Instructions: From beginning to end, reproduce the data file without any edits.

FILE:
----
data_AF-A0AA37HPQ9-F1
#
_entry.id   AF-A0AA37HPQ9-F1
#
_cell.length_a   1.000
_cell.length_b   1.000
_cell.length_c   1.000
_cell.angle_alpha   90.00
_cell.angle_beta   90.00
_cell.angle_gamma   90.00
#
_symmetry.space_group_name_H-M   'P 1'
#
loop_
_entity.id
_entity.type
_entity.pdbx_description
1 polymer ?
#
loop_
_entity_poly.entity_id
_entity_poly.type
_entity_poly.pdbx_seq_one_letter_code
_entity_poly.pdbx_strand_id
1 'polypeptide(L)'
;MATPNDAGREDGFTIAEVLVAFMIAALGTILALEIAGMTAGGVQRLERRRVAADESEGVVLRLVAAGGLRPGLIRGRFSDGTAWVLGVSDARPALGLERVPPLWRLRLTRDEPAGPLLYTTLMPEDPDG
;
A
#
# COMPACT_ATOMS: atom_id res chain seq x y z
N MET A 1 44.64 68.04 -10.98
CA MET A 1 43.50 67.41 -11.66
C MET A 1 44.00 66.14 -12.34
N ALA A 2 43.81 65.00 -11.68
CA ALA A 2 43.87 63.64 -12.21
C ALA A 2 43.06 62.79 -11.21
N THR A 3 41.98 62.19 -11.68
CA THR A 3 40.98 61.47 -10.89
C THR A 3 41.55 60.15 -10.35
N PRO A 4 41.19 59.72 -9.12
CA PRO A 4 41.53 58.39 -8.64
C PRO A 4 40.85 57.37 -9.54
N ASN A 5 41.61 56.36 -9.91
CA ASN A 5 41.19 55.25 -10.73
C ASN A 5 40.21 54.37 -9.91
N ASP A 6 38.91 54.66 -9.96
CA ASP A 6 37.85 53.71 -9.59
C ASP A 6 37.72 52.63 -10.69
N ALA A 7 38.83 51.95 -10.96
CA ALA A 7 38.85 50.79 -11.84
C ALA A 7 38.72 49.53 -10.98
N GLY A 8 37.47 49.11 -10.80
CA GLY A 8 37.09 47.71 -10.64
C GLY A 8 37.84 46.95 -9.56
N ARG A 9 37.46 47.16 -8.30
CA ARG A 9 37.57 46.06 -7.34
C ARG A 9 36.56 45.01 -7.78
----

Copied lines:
data_AF-A0AA37HPQ9-F1
#
_entry.id   AF-A0AA37HPQ9-F1
#
_cell.length_a   1.000
_cell.length_b   1.000
_cell.length_c   1.000
_cell.angle_alpha   90.00
_cell.angle_beta   90.00
_cell.angle_gamma   90.00
#
_symmetry.space_group_name_H-M   'P 1'
#
loop_
_entity.id
_entity.type
_entity.pdbx_description
1 polymer ?
#
loop_
_entity_poly.entity_id
_entity_poly.type
_entity_poly.pdbx_seq_one_letter_code
_entity_poly.pdbx_strand_id
1 'polypeptide(L)'
;MATPNDAGREDGFTIAEVLVAFMIAALGTILALEIAGMTAGGVQRLERRRVAADESEGVVLRLVAAGGLRPGLIRGRFSDGTAWVLGVSDARPALGLERVPPLWRLRLTRDEPAGPLLYTTLMPEDPDG
;
A
#
# COMPACT_ATOMS: atom_id res chain seq x y z
N MET A 1 44.64 68.04 -10.98
CA MET A 1 43.50 67.41 -11.66
C MET A 1 44.00 66.14 -12.34
N ALA A 2 43.81 65.00 -11.68
CA ALA A 2 43.87 63.64 -12.21
C ALA A 2 43.06 62.79 -11.21
N THR A 3 41.98 62.19 -11.68
CA THR A 3 40.98 61.47 -10.89
C THR A 3 41.55 60.15 -10.35
N PRO A 4 41.19 59.72 -9.12
CA PRO A 4 41.53 58.39 -8.64
C PRO A 4 40.85 57.37 -9.54
N ASN A 5 41.61 56.36 -9.91
CA ASN A 5 41.19 55.25 -10.73
C ASN A 5 40.21 54.37 -9.91
N ASP A 6 38.91 54.66 -9.96
CA ASP A 6 37.85 53.71 -9.59
C ASP A 6 37.72 52.63 -10.69
N ALA A 7 38.83 51.95 -10.96
CA ALA A 7 38.85 50.79 -11.84
C ALA A 7 38.72 49.53 -10.98
N GLY A 8 37.47 49.11 -10.80
CA GLY A 8 37.09 47.71 -10.64
C GLY A 8 37.84 46.95 -9.56
N ARG A 9 37.46 47.16 -8.30
CA ARG A 9 37.57 46.06 -7.34
C ARG A 9 36.56 45.01 -7.78